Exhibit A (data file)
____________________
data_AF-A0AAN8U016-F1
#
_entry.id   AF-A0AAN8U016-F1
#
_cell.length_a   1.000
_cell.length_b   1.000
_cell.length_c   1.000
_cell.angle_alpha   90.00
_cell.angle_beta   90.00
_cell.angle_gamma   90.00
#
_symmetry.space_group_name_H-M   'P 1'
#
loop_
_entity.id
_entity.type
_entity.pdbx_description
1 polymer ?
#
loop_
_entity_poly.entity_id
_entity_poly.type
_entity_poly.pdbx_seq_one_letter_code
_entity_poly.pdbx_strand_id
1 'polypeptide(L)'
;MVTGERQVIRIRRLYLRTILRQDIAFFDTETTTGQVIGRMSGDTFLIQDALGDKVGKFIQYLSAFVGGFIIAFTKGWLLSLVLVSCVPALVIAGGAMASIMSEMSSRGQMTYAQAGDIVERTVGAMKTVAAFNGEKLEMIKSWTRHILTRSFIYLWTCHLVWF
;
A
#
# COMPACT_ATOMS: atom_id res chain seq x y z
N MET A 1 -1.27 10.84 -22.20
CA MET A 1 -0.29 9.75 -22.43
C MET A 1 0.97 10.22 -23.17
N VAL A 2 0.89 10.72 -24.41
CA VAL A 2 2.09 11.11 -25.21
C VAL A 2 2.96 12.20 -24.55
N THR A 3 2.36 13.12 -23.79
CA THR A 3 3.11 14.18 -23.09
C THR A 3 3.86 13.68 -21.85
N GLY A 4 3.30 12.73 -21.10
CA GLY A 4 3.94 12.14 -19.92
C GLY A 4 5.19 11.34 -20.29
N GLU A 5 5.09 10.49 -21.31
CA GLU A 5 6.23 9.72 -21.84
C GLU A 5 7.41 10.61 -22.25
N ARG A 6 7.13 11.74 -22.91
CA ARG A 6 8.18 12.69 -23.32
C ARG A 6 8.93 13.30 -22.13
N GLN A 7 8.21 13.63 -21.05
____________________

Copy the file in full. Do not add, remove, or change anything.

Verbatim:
data_AF-A0AAN8U016-F1
#
_entry.id   AF-A0AAN8U016-F1
#
_cell.length_a   1.000
_cell.length_b   1.000
_cell.length_c   1.000
_cell.angle_alpha   90.00
_cell.angle_beta   90.00
_cell.angle_gamma   90.00
#
_symmetry.space_group_name_H-M   'P 1'
#
loop_
_entity.id
_entity.type
_entity.pdbx_description
1 polymer ?
#
loop_
_entity_poly.entity_id
_entity_poly.type
_entity_poly.pdbx_seq_one_letter_code
_entity_poly.pdbx_strand_id
1 'polypeptide(L)'
;MVTGERQVIRIRRLYLRTILRQDIAFFDTETTTGQVIGRMSGDTFLIQDALGDKVGKFIQYLSAFVGGFIIAFTKGWLLSLVLVSCVPALVIAGGAMASIMSEMSSRGQMTYAQAGDIVERTVGAMKTVAAFNGEKLEMIKSWTRHILTRSFIYLWTCHLVWF
;
A
#
# COMPACT_ATOMS: atom_id res chain seq x y z
N MET A 1 -1.27 10.84 -22.20
CA MET A 1 -0.29 9.75 -22.43
C MET A 1 0.97 10.22 -23.17
N VAL A 2 0.89 10.72 -24.41
CA VAL A 2 2.09 11.11 -25.21
C VAL A 2 2.96 12.20 -24.55
N THR A 3 2.36 13.12 -23.79
CA THR A 3 3.11 14.18 -23.09
C THR A 3 3.86 13.68 -21.85
N GLY A 4 3.30 12.73 -21.10
CA GLY A 4 3.94 12.14 -19.92
C GLY A 4 5.19 11.34 -20.29
N GLU A 5 5.09 10.49 -21.31
CA GLU A 5 6.23 9.72 -21.84
C GLU A 5 7.41 10.61 -22.25
N ARG A 6 7.13 11.74 -22.91
CA ARG A 6 8.18 12.69 -23.32
C ARG A 6 8.93 13.30 -22.13
N GLN A 7 8.21 13.63 -21.05